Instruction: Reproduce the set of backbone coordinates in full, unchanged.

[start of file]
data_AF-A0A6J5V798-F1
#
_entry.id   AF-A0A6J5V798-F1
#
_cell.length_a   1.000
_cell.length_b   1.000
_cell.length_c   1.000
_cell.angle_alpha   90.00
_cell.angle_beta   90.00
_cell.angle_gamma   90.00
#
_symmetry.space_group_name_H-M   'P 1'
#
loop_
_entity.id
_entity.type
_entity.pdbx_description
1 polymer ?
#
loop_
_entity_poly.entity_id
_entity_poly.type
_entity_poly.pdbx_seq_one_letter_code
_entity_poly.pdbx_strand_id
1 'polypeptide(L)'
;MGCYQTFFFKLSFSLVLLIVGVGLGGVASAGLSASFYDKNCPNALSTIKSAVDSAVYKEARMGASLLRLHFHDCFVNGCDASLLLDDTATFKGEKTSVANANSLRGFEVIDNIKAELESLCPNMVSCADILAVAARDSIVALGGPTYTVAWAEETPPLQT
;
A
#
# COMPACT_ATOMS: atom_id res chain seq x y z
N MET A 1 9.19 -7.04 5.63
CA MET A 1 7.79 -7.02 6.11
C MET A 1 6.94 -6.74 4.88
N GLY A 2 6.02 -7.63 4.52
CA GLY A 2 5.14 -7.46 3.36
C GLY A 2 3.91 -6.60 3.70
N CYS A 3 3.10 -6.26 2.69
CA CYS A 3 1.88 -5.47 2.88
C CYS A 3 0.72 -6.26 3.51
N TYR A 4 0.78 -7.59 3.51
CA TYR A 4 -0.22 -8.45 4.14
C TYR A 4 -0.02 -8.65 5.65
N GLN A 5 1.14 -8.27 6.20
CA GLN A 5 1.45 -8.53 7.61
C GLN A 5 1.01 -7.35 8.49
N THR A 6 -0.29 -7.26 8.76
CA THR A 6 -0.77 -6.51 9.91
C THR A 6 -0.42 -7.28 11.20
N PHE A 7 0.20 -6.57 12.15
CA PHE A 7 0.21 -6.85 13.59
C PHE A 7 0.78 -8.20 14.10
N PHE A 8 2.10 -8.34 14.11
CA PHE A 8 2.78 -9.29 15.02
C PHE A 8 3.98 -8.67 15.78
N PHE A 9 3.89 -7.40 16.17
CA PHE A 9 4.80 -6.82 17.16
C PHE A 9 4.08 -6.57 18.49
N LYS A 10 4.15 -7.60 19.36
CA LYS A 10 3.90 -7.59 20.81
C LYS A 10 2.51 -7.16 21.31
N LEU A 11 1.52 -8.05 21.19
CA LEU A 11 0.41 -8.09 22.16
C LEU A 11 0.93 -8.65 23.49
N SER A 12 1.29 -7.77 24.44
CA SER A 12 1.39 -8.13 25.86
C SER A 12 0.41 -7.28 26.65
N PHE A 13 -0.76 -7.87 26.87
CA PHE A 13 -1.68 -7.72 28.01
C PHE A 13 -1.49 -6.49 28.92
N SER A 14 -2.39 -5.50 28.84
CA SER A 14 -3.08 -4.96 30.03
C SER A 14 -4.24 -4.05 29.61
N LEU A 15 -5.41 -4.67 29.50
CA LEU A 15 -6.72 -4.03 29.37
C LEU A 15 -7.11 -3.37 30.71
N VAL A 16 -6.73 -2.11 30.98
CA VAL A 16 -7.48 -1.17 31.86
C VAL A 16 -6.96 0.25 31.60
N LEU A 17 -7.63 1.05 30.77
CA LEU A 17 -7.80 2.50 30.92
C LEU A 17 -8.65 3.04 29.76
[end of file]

data_AF-A0A6J5V798-F1
#
_entry.id   AF-A0A6J5V798-F1
#
_cell.length_a   1.000
_cell.length_b   1.000
_cell.length_c   1.000
_cell.angle_alpha   90.00
_cell.angle_beta   90.00
_cell.angle_gamma   90.00
#
_symmetry.space_group_name_H-M   'P 1'
#
loop_
_entity.id
_entity.type
_entity.pdbx_description
1 polymer ?
#
loop_
_entity_poly.entity_id
_entity_poly.type
_entity_poly.pdbx_seq_one_letter_code
_entity_poly.pdbx_strand_id
1 'polypeptide(L)'
;MGCYQTFFFKLSFSLVLLIVGVGLGGVASAGLSASFYDKNCPNALSTIKSAVDSAVYKEARMGASLLRLHFHDCFVNGCDASLLLDDTATFKGEKTSVANANSLRGFEVIDNIKAELESLCPNMVSCADILAVAARDSIVALGGPTYTVAWAEETPPLQT
;
A
#
# COMPACT_ATOMS: atom_id res chain seq x y z
N MET A 1 9.19 -7.04 5.63
CA MET A 1 7.79 -7.02 6.11
C MET A 1 6.94 -6.74 4.88
N GLY A 2 6.02 -7.63 4.52
CA GLY A 2 5.14 -7.46 3.36
C GLY A 2 3.91 -6.60 3.70
N CYS A 3 3.10 -6.26 2.69
CA CYS A 3 1.88 -5.47 2.88
C CYS A 3 0.72 -6.26 3.51
N TYR A 4 0.78 -7.59 3.51
CA TYR A 4 -0.22 -8.45 4.14
C TYR A 4 -0.02 -8.65 5.65
N GLN A 5 1.14 -8.27 6.20
CA GLN A 5 1.45 -8.53 7.61
C GLN A 5 1.01 -7.35 8.49
N THR A 6 -0.29 -7.26 8.76
CA THR A 6 -0.77 -6.51 9.91
C THR A 6 -0.42 -7.28 11.20
N PHE A 7 0.20 -6.57 12.15
CA PHE A 7 0.21 -6.85 13.59
C PHE A 7 0.78 -8.20 14.10
N PHE A 8 2.10 -8.34 14.11
CA PHE A 8 2.78 -9.29 15.02
C PHE A 8 3.98 -8.67 15.78
N PHE A 9 3.89 -7.40 16.17
CA PHE A 9 4.80 -6.82 17.16
C PHE A 9 4.08 -6.57 18.49
N LYS A 10 4.15 -7.60 19.36
CA LYS A 10 3.90 -7.59 20.81
C LYS A 10 2.51 -7.16 21.31
N LEU A 11 1.52 -8.05 21.19
CA LEU A 11 0.41 -8.09 22.16
C LEU A 11 0.93 -8.65 23.49
N SER A 12 1.29 -7.77 24.44
CA SER A 12 1.39 -8.13 25.86
C SER A 12 0.41 -7.28 26.65
N PHE A 13 -0.76 -7.87 26.87
CA PHE A 13 -1.68 -7.72 28.01
C PHE A 13 -1.49 -6.49 28.92
N SER A 14 -2.39 -5.50 28.84
CA SER A 14 -3.08 -4.96 30.03
C SER A 14 -4.24 -4.05 29.61
N LEU A 15 -5.41 -4.67 29.50
CA LEU A 15 -6.72 -4.03 29.37
C LEU A 15 -7.11 -3.37 30.71
N VAL A 16 -6.73 -2.11 30.98
CA VAL A 16 -7.48 -1.17 31.86
C VAL A 16 -6.96 0.25 31.60
N LEU A 17 -7.63 1.05 30.77
CA LEU A 17 -7.80 2.50 30.92
C LEU A 17 -8.65 3.04 29.76